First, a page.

A metal wheel, the edge of which is engraved with one or more straight lines (one-line fillet, two-line fillet, etc.). The wheel is mounted on an axle, usually in a metal fork (one-sided mounts would appear to be a relatively recent introduction) fitted into a long cylindrical wooden handle. In use, fillets were held by one hand at the lower end of the wooden handle with the other end of the handle resting against the binder’s shoulder. Some fillets in the nineteenth century had a small nick cut in their circumference to allow the lines made with them to start and stop cleanly and avoid the crossing over of fillets at the corners of frames or panels (overlapping corners).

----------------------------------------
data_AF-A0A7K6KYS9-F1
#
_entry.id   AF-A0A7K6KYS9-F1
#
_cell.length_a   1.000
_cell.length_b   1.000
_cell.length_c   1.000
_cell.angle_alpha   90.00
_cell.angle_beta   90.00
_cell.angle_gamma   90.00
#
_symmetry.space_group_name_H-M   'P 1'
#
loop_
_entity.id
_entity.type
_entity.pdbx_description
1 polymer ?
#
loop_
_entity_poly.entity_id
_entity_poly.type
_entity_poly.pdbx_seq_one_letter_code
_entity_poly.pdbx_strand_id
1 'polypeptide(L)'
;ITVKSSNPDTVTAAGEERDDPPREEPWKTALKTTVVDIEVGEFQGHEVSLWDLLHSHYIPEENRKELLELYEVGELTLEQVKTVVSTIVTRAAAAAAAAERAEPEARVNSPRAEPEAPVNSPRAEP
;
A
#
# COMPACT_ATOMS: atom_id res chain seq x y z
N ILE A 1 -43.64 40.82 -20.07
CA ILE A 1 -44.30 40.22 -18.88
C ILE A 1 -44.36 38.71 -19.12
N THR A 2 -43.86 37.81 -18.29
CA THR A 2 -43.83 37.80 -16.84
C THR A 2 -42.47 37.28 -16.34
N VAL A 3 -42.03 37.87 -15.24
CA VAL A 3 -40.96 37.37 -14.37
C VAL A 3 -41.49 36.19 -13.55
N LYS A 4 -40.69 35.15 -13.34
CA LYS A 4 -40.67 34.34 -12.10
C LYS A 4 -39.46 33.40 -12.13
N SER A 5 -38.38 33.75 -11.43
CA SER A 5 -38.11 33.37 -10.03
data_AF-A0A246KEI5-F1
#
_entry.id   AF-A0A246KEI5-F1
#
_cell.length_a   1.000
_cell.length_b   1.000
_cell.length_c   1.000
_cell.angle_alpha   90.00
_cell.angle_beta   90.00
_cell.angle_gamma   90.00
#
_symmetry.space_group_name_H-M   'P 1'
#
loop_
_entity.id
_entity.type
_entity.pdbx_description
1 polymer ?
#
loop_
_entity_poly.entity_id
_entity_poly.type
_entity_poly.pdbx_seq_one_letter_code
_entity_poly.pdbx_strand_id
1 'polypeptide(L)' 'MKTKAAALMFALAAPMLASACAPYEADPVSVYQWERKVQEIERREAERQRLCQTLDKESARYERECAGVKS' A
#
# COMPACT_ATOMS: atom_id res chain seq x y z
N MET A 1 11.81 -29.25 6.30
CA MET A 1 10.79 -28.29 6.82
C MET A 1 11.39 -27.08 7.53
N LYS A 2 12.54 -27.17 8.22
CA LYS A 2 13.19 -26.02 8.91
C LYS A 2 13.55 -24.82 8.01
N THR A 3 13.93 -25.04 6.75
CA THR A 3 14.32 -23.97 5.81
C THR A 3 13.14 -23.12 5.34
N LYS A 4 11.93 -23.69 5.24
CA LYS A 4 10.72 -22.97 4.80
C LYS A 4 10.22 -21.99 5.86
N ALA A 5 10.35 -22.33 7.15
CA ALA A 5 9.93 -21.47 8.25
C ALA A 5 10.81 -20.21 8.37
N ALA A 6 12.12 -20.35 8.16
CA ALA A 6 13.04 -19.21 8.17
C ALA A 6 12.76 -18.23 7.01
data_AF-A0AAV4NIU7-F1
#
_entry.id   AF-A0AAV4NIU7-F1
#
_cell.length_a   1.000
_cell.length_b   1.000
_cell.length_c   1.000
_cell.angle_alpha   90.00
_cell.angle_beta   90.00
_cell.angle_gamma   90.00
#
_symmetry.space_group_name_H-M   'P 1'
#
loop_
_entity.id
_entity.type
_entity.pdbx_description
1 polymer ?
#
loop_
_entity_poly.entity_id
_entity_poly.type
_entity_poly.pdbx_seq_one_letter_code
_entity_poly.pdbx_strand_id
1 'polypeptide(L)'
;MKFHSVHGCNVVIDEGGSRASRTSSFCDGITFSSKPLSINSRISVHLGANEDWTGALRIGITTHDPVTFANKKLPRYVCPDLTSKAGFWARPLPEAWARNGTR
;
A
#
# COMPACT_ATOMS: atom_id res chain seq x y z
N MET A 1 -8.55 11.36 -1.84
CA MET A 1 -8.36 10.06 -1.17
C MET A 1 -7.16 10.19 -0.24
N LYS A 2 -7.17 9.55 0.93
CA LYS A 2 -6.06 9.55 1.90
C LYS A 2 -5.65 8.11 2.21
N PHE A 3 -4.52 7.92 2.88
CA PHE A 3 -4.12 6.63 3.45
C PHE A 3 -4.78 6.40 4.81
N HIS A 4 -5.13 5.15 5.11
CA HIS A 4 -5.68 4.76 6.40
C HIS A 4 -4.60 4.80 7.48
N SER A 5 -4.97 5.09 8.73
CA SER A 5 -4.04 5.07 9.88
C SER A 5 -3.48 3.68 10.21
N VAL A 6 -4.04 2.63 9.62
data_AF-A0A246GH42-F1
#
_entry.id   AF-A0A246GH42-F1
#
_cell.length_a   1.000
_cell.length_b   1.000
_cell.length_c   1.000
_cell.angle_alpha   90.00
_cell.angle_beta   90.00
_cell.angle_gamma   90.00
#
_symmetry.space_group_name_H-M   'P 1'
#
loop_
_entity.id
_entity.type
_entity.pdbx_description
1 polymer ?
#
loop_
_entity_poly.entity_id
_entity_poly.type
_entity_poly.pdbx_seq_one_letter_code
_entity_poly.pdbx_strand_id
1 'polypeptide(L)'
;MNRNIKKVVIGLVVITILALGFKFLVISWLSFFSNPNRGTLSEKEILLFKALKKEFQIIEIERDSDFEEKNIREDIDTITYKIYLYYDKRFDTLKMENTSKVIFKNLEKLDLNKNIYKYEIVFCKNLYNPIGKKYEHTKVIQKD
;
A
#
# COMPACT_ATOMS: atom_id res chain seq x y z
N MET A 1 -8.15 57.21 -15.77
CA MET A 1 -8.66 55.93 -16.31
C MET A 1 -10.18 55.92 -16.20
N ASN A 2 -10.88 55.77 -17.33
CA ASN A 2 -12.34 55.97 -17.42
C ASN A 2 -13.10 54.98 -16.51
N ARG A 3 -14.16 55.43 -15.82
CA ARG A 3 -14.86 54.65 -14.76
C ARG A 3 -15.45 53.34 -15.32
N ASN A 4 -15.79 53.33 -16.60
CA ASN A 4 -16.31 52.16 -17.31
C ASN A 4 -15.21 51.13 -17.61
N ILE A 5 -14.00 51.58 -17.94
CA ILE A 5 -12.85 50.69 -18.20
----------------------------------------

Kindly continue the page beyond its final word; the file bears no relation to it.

The Arts and Architecture Thesaurus Online, The Getty Research Institute.